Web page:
MEDIA RELEASE

2 August 2000

IOC Medical Commission recommends EPO test for Sydney 2000

Australia's EPO 2000 research team has welcomed a recommendation from the International Olympic Committee (IOC) Medical Commission to introduce a combined blood and urine test to detect synthetic use of erythropoietin (EPO) in time for the Sydney 2000 Olympic Games.

The recommendation will be considered by the IOC's Juridical Commission ahead of final approval by the organisation's Executive Board later this month. If agreed to, it will be the first time that athletes participating in a Summer Olympics have undergone blood testing.

The EPO 2000 team is made up of scientists from the Australian Institute of Sport, the Australian Sports Drug Testing Laboratory and international collaborators from France, Norway, Canada and China.

The team leader, Drew Clarke, said today the recommendation of the Medical Commission represented a huge step forward in the fight against drug cheating in sport.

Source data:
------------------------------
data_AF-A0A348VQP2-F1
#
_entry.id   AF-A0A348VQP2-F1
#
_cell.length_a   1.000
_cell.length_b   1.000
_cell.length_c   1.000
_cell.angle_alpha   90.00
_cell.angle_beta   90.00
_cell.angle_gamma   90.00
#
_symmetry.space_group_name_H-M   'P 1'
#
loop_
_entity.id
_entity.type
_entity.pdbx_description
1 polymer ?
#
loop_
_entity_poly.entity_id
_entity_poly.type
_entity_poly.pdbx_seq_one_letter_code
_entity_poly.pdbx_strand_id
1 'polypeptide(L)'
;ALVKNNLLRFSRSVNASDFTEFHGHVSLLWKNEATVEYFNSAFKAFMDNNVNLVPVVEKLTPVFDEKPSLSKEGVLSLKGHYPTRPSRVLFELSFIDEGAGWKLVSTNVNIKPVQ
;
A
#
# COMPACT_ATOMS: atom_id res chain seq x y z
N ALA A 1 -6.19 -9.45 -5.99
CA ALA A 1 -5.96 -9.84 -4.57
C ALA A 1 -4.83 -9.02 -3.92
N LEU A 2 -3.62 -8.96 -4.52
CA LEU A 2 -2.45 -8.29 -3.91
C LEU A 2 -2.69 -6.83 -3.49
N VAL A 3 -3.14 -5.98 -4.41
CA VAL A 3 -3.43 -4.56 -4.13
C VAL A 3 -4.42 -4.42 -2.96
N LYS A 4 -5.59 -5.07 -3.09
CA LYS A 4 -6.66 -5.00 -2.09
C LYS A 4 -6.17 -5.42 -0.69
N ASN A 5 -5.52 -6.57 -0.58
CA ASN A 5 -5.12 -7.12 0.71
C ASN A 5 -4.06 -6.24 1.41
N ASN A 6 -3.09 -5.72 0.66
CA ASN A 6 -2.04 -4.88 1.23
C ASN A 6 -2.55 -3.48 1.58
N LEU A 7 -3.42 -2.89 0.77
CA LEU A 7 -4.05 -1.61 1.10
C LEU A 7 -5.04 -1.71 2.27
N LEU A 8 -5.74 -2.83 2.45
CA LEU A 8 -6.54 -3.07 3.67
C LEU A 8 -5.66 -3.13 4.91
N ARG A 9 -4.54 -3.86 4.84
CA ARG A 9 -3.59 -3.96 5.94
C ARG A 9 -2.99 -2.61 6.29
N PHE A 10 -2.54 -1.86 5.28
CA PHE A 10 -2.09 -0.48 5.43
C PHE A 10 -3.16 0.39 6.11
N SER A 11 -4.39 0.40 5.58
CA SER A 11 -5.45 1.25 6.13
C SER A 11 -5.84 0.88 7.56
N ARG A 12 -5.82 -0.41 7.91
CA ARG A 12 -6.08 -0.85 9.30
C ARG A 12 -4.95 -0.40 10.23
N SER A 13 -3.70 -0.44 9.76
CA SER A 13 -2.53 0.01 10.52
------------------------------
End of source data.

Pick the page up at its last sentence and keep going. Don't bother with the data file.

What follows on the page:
'We know that EPO is the drug of choice for many cheating athletes and acceptance of this test by the IOC Medical Commission sends a clear message to those cheats to stop taking EPO or don't come to Sydney.

'When the combined urine/blood test is adopted it will be a high water mark for drug testing in sport and will herald a new era in the fight against drugs in sport.

'It opens the way for the detection of other illegal substances used by cheating athletes to improve their performances.

'Nobody wants the cheats to compete in Sydney and the Medical Commission's recommendation to support a combined test will take them out of the Games,' Mr Clarke said.

He said that when the test is adopted, the 2000 Olympic Games will have the tightest drug testing regime of any sporting program staged anywhere in the world.

The Director of the Australian Institute of Sport, John Boultbee, says that the recommendation to introduce a combined blood/urine test is a reflection of the quality of the work presented by the scientists.

'The recommendation is the outcome of some outstanding work by the Australian scientists and their international collaborators.

'They convinced the IOC Medical Commission that they had the method to catch the cheats.

'Both the AIS and the ASDTL scientists have produced some outstanding work of which Australia can be very proud,' Mr Boultbee said.

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Contact: Alan Reid - Media Liaison: 02 6214 1476

Mobile 0408 417 894

David Pembroke - Media Consultant: 0416 103 229

 


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